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Power issue

WP3C Member ✭✭
Hi I have a question.. would someone knows why the radio does not gives me 100 W in all bands? Where only I can reach the 100W is 6M, 10M & 15M. The antennas are with a good SWR.


  • dlwarnberg
    dlwarnberg Member ✭✭
    edited June 2019
    Antennas?  Can you elaborate on SWR on the higher bands, like 20, 40, 80m?  Also how are you measuring wattage output? As SWR climbs output drops.

    Example (measuring output with LP-100A, tuning with AT2K, 20 watt tune, 40 meters)
    SWR of 1.75 output = 16.9 watts
    SWR of 1.50 output =  17.7 watts
    SWR of 1.25 output =  18.5 watts
    SWR of 1.0 output = 19.5 /19.6 watts

    So as you can see SWR can greatly effect output

  • Jim Gilliam
    Jim Gilliam Member ✭✭
    edited June 2019
    If you measure the power output at the output of the transmitter or tuner the forward power will read the reflected power plus the transmitter power (theoretically). With a higher SWR the forward power should read a larger value not a lower value. If you subtract the forward power from the reflected power you will measure the output power of the transmitter.

    Jim, K6QE
  • AE0MW
    AE0MW Member ✭✭
    edited June 2019
    The other very likely cause is power supply voltage. The Flex expects 13.8V at the input powerpole connection while under full load.

    Most amateur's shacks I've been in are not setup to do this, and many commercial power supplies need to have their voltage tweaked slightly higher in order to accomplish the task. A powerpole distribution box, some emergency battery cutovers, some lower awg power cable, extra wire curled up behind the rig/power supply, etc all lead to voltage drop once you start drawing significant current.

    Best to go direct from the power supply to the flex, using proper awg wire, and trim it to be the appropriate length.

    Or you can tweak the output of your supply up a little bit.
  • HCampbell  WB4IVF
    HCampbell WB4IVF Member ✭✭
    edited June 2019

    This question has been asked countless times, in this and other fora for other brands.  Here is one thread from this community, including the response from Flex:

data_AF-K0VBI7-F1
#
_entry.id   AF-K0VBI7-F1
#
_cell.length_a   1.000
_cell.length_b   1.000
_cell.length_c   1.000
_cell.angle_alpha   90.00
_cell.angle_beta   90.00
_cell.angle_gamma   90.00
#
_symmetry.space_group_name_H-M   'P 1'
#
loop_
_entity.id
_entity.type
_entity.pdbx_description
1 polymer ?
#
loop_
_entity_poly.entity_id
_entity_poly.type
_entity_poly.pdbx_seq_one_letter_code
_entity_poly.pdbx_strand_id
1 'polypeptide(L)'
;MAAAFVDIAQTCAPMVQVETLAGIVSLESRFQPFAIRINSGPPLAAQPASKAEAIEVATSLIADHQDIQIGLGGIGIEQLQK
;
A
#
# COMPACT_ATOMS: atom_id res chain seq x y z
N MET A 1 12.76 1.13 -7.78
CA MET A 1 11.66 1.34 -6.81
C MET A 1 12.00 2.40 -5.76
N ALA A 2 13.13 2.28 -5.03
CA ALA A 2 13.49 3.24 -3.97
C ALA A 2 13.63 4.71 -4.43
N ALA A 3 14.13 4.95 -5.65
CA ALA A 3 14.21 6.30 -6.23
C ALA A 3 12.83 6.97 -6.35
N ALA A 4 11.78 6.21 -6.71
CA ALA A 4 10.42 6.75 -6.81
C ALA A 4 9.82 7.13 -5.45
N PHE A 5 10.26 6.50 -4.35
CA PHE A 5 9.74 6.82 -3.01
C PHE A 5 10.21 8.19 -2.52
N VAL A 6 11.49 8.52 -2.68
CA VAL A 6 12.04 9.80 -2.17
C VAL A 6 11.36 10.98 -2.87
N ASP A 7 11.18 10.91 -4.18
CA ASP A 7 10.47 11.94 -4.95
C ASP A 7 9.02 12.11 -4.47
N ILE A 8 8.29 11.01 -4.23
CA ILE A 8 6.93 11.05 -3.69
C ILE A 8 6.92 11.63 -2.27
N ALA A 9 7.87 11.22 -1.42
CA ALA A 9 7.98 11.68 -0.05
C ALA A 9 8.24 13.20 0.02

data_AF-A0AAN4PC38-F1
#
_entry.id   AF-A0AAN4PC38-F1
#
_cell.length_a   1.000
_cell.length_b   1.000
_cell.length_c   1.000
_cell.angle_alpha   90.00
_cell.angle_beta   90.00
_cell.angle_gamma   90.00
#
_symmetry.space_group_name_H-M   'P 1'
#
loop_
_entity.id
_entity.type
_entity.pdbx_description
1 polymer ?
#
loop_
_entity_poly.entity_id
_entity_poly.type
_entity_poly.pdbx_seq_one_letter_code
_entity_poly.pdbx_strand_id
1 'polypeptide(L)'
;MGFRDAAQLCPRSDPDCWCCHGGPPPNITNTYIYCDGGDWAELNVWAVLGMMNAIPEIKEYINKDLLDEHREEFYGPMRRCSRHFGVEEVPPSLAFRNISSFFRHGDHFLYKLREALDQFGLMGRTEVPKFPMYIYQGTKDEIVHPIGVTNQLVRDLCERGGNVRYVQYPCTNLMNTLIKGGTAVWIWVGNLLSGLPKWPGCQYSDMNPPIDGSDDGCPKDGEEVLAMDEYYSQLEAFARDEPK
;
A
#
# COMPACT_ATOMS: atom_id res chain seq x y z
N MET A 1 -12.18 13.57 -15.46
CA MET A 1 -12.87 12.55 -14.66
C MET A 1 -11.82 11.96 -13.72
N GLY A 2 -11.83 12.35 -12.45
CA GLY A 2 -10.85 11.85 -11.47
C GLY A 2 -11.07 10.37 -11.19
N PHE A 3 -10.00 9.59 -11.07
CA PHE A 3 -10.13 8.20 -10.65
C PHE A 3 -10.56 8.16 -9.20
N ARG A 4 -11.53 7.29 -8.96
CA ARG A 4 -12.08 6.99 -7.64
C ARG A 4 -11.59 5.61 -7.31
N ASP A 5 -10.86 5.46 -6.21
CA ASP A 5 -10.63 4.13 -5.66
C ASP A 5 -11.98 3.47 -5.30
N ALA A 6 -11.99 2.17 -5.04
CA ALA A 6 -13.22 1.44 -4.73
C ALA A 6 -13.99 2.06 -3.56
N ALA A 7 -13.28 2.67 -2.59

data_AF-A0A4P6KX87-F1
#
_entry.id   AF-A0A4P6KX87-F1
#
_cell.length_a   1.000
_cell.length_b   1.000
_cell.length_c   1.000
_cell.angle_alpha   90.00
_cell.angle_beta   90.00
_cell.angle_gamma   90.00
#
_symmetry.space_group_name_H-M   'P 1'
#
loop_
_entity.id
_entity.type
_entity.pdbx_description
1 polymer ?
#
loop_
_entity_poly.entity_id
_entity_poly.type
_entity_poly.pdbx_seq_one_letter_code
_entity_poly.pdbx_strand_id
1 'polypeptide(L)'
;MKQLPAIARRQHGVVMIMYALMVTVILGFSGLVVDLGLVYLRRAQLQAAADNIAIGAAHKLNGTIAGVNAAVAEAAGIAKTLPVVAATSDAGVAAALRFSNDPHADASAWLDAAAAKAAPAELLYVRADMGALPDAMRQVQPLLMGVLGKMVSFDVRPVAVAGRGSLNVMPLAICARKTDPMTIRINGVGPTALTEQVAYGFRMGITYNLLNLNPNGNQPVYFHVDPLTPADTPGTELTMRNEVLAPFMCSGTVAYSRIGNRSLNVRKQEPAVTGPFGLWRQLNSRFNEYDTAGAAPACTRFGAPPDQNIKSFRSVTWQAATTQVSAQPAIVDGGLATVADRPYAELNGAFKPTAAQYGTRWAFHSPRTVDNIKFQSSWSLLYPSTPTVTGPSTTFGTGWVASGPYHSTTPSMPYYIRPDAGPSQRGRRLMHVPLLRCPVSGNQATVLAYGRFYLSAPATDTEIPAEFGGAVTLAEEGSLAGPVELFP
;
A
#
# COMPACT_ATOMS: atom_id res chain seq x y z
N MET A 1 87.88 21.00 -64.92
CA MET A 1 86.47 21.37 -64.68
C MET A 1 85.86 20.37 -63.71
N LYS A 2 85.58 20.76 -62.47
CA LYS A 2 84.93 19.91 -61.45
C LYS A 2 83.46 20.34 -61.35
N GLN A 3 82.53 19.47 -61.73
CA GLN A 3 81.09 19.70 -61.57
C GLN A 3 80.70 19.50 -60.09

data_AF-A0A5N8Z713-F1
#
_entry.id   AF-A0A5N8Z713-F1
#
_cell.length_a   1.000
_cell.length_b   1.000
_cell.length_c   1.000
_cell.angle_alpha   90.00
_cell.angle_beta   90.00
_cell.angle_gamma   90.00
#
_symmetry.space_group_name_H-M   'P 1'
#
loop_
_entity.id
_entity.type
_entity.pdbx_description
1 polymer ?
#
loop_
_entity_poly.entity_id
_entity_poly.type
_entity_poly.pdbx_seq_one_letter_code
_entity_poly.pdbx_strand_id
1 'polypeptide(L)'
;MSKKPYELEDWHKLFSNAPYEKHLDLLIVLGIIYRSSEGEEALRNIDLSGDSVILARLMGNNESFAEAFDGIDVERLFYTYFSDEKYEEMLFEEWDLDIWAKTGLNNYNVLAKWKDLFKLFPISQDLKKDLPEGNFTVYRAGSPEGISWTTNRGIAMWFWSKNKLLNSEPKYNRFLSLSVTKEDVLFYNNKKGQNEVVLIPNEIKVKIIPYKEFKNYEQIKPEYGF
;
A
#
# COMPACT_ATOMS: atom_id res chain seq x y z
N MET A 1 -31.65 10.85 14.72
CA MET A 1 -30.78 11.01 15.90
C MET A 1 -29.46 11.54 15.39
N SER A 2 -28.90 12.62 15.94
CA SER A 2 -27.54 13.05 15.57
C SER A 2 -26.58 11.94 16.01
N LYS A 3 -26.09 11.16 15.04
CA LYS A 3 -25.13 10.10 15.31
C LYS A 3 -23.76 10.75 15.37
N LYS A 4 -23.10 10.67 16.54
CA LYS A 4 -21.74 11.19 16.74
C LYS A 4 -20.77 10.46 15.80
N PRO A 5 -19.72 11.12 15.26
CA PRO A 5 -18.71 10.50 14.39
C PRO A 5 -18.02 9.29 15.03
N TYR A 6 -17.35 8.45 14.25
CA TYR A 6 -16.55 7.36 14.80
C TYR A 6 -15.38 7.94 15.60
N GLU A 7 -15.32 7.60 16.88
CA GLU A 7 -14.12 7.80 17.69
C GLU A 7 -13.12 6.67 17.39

Gerald - K5SDR, Employee

    Official Response

    Let me first address how we calibrate our radios at the factory.  The entire process is automated and cannot be bypassed by the factory operator or test technician.  It is not possible for a radio to complete the test process without PA calibration over its linear power range on all all bands.  After the automated calibration and 24 hour burn in we perform a 100% QA using the SmartSDR GUI and run the power up to manually confirm 100W on the center of each band before shipment.

    All power calibration is performed with the voltage set to 13.8V under full load at the DC terminals on the back of the radio.  We use a 40 dB precision power attenuator connected to a Mini-Circuits PWR-4GHS Power Sensor to precisely measure the power during both the automated test and the final QA.  The measurement accuracy of this test station is significantly better than virtually all ham measurement equipment on the market including the popular Bird "slug" watt-meters.  

    MOSFETs used in HF power amplifiers are effectively variable resistors where the resistance will increase as they heat.  As the resistance goes up with heat, the power will decrease (P = E^2/R).  If the voltage on the input terminals decreases the power will go down proportional to the square of the voltage.  

    Not all dummy loads are 50 ohms.  Not all ham dummy loads are still (or were ever) good.  Cables don't have 0 dB loss.  Not all connectors are good.  DC connector crimps and connections are not 0 Ohms.  What is the absolute accuracy of the power meter at the frequency of measurement?

    Let's say we have a peak current of 20A and a series resistance of 0.1 Ohm in the DC cable and connector.  P = I^2 * R = 20^2 * 0.1 = 40W  That means that the cable and connector will dissipate 40W before you get to the back of the radio.  The voltage drop at 20A will be 20 * 0.1 = 2V.  It all makes a difference.

    Now let's look at the effect of a simple change in impedance of the RF load.  Let's say that the load is 55 Ohms instead of 50 Ohms.  100W is 70.7 Vrms into 50 Ohms.  Since P = E^2/R then P = 70.7^2/55 = 90.88W.  A 5 Ohm (10%) increase in the load drops the power to ~91W.   55 Ohms is a SWR of 1.1:1.  You can experience that SWR on a cable, connectors and ham shack dummy load fairly commonly.  Drop the impedance to 45 Ohms at the same voltage and you get 111W.  Same 1.1:1 SWR!  

    Finally, in the 90.88W example the power output difference from 100W is only 0.4 dB, which is totally imperceptible on the other end of the contact.  


  • Michael N3LI
    Michael N3LI Member ✭✭
    edited June 2019
    If you are using SSB, are you driving it with a proper level? Stay in the yellow, remember, with Flex you don't want the audio drive to be in the red.
  • WP3C
    WP3C Member ✭✭
    edited June 2019
    The antennas have good SWR, but in some bands gives 100w and others bands doesn't. I'm making the test in CW.

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